Bypass remains on list of funded projects

Apr. 09, 2013 @ 04:13 PM

An N.C. Senate bill introduced last week would repeal most in-progress toll road projects except the Monroe Bypass.

The bill, filed by Sen. Bill Rabon R-8, removes certain road projects from the N.C. Turnpike Authority's active list. The Cape Fear Skyway, the Garden Parkway and the Mid-Currituck Bridge, a two-mile bridge connecting a North Carolina peninsula on the Virginia border to the mainland.

Remaining as active projects are the Monroe Bypass and Triangle Expressway, including parts known as the Triangle Expressway, Western Wake Freeway, Southeast Extension and segments of N.C. 540.

The draft legislation goes on to amend annual appropriation to the NCTA. Instead of the yearly $112 million to pay for projects, the state would provide the NCTA $49 million.

About half of that amount, $24 million, "shall be used to pay debt service or related financing expenses on revenue bonds or notes issued for the construction of the Monroe Connector/Bypass," the bill states.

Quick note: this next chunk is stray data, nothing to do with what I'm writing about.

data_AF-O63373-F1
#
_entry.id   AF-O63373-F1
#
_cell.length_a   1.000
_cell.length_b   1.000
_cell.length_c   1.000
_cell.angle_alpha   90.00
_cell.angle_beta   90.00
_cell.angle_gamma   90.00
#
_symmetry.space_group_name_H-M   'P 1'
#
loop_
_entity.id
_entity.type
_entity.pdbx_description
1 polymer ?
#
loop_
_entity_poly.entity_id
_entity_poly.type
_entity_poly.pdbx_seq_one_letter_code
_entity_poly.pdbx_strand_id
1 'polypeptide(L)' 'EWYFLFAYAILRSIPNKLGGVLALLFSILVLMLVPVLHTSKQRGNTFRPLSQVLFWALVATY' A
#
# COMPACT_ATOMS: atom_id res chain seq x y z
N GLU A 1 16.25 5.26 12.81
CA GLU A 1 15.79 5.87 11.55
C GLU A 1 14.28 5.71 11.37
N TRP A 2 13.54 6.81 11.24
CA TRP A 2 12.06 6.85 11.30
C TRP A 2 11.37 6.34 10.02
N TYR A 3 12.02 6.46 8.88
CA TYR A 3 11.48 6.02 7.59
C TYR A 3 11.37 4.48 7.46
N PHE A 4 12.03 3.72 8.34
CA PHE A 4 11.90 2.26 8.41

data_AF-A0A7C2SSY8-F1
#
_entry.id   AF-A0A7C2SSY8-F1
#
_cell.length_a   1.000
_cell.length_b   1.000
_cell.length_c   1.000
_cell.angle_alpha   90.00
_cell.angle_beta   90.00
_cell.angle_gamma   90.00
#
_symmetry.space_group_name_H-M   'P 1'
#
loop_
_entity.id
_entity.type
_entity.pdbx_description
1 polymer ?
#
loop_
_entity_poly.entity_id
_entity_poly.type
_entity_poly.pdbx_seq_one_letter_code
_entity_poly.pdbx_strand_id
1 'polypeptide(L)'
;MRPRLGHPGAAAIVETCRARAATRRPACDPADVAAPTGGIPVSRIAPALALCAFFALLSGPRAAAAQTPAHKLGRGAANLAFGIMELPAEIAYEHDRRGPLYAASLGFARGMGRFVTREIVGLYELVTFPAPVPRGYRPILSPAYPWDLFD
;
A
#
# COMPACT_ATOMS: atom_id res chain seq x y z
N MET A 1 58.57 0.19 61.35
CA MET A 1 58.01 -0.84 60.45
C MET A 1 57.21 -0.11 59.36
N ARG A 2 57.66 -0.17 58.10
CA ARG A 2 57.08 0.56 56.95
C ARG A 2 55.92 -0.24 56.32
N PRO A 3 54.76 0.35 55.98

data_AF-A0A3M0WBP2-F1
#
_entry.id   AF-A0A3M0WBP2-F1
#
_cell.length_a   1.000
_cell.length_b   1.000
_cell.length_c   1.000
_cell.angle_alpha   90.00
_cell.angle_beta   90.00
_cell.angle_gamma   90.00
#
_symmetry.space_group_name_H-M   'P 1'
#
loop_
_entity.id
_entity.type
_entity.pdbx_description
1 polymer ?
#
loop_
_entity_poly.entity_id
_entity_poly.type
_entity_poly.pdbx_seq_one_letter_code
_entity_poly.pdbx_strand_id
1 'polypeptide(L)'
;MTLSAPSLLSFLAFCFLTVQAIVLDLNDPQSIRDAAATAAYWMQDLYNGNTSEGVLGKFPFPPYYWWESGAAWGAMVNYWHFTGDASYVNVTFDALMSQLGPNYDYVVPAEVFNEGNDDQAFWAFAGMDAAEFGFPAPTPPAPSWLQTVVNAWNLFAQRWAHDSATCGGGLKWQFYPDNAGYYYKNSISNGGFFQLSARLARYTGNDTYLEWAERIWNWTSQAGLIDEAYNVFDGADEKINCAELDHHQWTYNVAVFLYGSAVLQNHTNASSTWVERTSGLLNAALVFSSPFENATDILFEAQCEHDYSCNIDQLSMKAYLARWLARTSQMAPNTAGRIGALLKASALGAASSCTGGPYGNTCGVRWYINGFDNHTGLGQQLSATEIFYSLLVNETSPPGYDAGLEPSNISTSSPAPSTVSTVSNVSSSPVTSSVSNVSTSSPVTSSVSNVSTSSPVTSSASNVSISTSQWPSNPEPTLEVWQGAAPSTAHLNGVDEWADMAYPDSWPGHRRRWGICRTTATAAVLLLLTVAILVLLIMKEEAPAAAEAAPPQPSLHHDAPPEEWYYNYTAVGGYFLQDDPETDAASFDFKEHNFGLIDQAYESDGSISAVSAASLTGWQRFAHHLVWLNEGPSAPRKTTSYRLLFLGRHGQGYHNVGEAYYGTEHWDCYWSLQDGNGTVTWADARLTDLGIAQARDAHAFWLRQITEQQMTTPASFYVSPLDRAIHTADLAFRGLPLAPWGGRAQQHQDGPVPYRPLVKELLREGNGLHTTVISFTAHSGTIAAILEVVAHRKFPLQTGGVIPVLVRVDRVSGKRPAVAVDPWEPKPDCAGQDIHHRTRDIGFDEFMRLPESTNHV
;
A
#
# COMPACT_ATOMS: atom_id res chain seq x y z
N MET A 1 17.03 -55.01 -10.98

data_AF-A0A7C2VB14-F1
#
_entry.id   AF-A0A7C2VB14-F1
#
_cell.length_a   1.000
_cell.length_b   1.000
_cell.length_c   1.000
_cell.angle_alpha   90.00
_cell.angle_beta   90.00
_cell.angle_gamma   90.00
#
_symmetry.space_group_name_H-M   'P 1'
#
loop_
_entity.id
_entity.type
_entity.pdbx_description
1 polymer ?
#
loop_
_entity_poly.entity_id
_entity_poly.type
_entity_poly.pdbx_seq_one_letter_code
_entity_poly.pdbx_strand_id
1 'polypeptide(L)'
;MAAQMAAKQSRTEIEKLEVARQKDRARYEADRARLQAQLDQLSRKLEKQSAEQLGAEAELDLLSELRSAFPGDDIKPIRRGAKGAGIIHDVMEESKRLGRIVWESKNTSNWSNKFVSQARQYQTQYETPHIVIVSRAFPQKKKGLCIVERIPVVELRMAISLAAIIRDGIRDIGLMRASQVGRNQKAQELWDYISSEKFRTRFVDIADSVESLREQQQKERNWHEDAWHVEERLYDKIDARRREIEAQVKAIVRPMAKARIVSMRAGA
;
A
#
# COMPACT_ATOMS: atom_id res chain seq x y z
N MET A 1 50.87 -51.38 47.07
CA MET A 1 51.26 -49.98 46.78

Before the Monroe Bypass received all necessary permits, the Southern Environmental Law Center filed a lawsuit against the NCTA. SELC attorneys and their environmental group clients claimed the NCTA did not prepare proper development impact studies.

Most major work on the bypass halted until the suit was resolved. After a favorable court ruling in 2011, the NCTA borrowed most of the $725 million project cost to begin work on the Monroe Bypass. Right-of-way purchases and early design work were underway when the SELC successfully appealed a lower court's decision.

All work on the Monroe Bypass stopped, environmental permits were suspended and N.C. Department of Transportation officials state they will resolve problems cited by the federal judges as quickly as possible.

It is unclear how much of the borrowed money has been spent and how much the state will pay in annual interest payments, but the draft legislation hints that it is at least part of the annual $24 million appropriated to the NCTA.

Even before the bill was filed, N.C. Secretary of Transportation Tony Tata endorsed the move. Though the projects are not scrapped for good, they would have to compete for NCDOT priority and funding.

The senate bill pass its first reading and was referred to the Senate Transportation Subcommittee and may be moved to the Appropriations/Base Budget Subcommittee.